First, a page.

All the books of my dreams are coming out in the UK this fall: I want to read Comfort and Joy by India Knight, Started Early, Took My Dog by Kate Atkinson, and Burley Cross Postbox Theft by Nicola Barker (which is epistolary and about a postbox, if a book could be so full to bursting). I am going to read Room by Emma Donaghue, which seemed like the most wretched book imaginable when I first heard of it, and I still think so, but too many intelligent readers have convinced me to go there anyway. I have just moved Alexander MacLeod’s Light Lifting (which I keep calling Lift Lighting in my head) up near the top of my to-be-read stack, due to his Giller nomination, and Robert Wiersema’s review. I am going to be rereading Nikolski, We Need to Talk About Kevin, and Small Ceremonies in the coming weeks. Also from the Giller longlist, I think I am going to read Lemon by Cordelia Strube, and the rest I’m not really fussed about. Because I already read This Cake is for the Party, and it was wonderful, and Jessa Crispin has given me permission to shrug off everything else: “There is no such thing as a canon — what you should read or want to read or will read out of obligation is determined as much by your history, your loves, and your daily reality as by the objective merits of certain works.” Rock on, and bring on the old dead British ladies then with their hideously outdated Penguin covers and pages smelling of must.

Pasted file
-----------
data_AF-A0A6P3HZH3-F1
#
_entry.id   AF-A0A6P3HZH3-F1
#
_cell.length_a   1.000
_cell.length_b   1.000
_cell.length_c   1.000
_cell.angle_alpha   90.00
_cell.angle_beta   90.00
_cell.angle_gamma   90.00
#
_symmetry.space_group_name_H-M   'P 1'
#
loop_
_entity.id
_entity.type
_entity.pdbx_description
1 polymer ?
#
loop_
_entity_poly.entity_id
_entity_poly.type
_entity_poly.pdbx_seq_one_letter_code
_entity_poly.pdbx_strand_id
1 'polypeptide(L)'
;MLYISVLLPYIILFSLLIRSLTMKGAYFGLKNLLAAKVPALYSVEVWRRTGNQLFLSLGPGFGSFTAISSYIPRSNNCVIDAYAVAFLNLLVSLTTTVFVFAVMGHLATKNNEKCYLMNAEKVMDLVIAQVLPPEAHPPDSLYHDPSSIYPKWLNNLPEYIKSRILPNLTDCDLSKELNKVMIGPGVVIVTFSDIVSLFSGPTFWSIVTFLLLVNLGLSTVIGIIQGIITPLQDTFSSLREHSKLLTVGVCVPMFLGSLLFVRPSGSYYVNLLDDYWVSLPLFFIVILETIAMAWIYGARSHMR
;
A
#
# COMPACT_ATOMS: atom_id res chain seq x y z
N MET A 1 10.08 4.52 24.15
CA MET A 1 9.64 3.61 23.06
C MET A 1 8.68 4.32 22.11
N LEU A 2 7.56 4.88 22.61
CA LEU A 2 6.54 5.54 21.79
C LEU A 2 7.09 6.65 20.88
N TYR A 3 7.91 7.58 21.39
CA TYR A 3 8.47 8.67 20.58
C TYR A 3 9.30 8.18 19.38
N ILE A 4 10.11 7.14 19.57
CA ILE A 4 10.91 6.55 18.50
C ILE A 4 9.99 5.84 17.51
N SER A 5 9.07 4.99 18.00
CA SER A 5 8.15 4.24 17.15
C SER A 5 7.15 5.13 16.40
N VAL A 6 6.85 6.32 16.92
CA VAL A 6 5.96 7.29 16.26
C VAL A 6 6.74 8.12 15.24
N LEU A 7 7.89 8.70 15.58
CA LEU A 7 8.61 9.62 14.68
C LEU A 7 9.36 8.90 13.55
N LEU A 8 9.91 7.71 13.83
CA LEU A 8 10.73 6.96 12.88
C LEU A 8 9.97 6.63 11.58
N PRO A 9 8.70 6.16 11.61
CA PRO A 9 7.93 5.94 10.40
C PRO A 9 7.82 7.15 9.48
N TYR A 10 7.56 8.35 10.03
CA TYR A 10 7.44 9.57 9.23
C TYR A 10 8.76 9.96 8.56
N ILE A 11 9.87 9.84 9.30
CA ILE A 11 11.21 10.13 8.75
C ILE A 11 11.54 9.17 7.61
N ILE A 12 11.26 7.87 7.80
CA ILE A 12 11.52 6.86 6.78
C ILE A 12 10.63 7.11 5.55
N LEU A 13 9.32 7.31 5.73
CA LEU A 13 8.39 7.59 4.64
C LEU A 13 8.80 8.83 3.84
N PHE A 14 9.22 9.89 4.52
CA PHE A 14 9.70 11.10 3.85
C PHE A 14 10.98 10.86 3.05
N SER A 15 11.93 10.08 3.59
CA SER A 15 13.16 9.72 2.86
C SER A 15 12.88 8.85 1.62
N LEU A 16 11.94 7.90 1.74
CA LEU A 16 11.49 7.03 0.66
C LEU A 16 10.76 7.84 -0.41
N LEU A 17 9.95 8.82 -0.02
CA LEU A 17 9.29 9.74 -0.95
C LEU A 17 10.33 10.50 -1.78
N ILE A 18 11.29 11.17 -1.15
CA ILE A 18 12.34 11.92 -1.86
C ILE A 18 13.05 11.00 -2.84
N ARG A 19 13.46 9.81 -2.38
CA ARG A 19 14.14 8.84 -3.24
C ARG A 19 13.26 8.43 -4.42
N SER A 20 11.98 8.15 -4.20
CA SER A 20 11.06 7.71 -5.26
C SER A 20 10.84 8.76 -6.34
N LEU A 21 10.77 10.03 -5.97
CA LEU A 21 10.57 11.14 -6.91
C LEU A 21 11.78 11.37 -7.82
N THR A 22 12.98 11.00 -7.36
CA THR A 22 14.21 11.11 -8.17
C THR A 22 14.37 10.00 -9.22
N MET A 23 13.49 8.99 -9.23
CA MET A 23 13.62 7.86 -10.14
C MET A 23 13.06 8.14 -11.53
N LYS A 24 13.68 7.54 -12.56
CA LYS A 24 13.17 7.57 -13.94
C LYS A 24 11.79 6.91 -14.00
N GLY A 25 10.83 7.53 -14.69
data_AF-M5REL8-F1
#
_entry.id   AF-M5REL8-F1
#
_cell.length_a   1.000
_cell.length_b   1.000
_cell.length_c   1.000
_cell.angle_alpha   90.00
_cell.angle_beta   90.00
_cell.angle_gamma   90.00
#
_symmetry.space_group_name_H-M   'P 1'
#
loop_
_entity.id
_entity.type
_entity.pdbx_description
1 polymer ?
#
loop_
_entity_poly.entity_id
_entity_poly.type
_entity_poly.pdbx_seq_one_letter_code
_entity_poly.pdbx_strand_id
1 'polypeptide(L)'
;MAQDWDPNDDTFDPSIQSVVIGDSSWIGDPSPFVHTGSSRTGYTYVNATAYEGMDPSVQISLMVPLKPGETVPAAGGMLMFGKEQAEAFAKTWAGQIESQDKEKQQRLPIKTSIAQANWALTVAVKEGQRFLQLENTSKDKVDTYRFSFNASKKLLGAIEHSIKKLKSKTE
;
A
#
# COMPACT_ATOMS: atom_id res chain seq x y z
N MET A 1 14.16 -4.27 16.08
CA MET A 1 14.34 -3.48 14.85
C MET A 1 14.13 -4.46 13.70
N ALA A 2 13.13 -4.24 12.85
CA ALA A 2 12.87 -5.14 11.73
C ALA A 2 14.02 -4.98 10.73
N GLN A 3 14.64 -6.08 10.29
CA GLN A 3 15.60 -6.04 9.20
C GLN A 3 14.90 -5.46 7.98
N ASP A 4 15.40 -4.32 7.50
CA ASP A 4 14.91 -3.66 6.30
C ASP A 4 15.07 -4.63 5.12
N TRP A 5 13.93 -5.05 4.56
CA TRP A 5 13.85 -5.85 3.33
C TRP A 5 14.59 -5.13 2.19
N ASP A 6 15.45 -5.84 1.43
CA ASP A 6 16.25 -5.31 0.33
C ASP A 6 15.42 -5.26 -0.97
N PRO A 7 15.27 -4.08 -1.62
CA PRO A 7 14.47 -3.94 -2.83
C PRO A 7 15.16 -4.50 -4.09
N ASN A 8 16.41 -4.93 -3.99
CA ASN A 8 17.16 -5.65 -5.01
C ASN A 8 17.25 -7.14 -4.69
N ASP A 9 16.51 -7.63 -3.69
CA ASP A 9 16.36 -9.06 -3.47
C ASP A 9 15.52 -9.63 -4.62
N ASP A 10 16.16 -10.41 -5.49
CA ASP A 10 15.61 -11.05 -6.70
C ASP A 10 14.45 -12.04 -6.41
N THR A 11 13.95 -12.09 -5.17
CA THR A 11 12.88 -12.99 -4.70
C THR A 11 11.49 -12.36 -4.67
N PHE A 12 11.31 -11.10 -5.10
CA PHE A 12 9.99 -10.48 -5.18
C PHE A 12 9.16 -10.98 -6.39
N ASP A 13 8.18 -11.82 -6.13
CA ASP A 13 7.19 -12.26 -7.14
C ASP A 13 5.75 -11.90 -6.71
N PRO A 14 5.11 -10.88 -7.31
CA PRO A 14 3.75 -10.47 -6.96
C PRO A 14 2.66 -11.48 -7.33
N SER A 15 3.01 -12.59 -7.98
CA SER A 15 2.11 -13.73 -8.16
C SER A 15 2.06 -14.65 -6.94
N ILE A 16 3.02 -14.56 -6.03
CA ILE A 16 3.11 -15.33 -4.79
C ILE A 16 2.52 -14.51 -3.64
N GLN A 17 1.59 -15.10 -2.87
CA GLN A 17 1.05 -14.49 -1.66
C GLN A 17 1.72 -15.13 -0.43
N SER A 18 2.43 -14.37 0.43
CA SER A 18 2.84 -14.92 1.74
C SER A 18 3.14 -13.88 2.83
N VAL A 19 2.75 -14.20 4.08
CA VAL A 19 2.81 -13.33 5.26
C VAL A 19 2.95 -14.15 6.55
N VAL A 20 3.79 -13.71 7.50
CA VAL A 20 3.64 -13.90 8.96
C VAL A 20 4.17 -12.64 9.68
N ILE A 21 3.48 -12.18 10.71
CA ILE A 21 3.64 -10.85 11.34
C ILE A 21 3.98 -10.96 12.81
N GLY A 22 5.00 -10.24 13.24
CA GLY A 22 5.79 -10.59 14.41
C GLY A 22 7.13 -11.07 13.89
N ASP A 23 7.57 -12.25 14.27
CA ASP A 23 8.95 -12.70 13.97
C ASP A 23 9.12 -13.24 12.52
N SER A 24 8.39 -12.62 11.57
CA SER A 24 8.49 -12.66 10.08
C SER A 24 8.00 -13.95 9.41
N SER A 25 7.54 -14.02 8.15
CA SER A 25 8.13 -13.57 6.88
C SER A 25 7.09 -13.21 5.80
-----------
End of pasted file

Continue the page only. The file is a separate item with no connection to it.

In others, I am going to the Victoria College Book Sale on Saturday, but with a budget (how novel) and also, I am obsessive-compulsively fiction writing lately, which is wonderful, because I thought I lost the knack with the advent of my child, but I’m at 10,000 words and haven’t yet thought about giving up because the whole piece sucks (and the thing about having once completed three drafts of a bad novel is that you learn that just barrelling through to the conclusion won’t necessarily work out okay in the end, but at this point I still feel like there might be some worth in bothering).

And also, there is a pie in my oven. And on Saturday, that oven will be replaced with a new one that doesn’t require a barbecue lighter to start.

Mitzi Bytes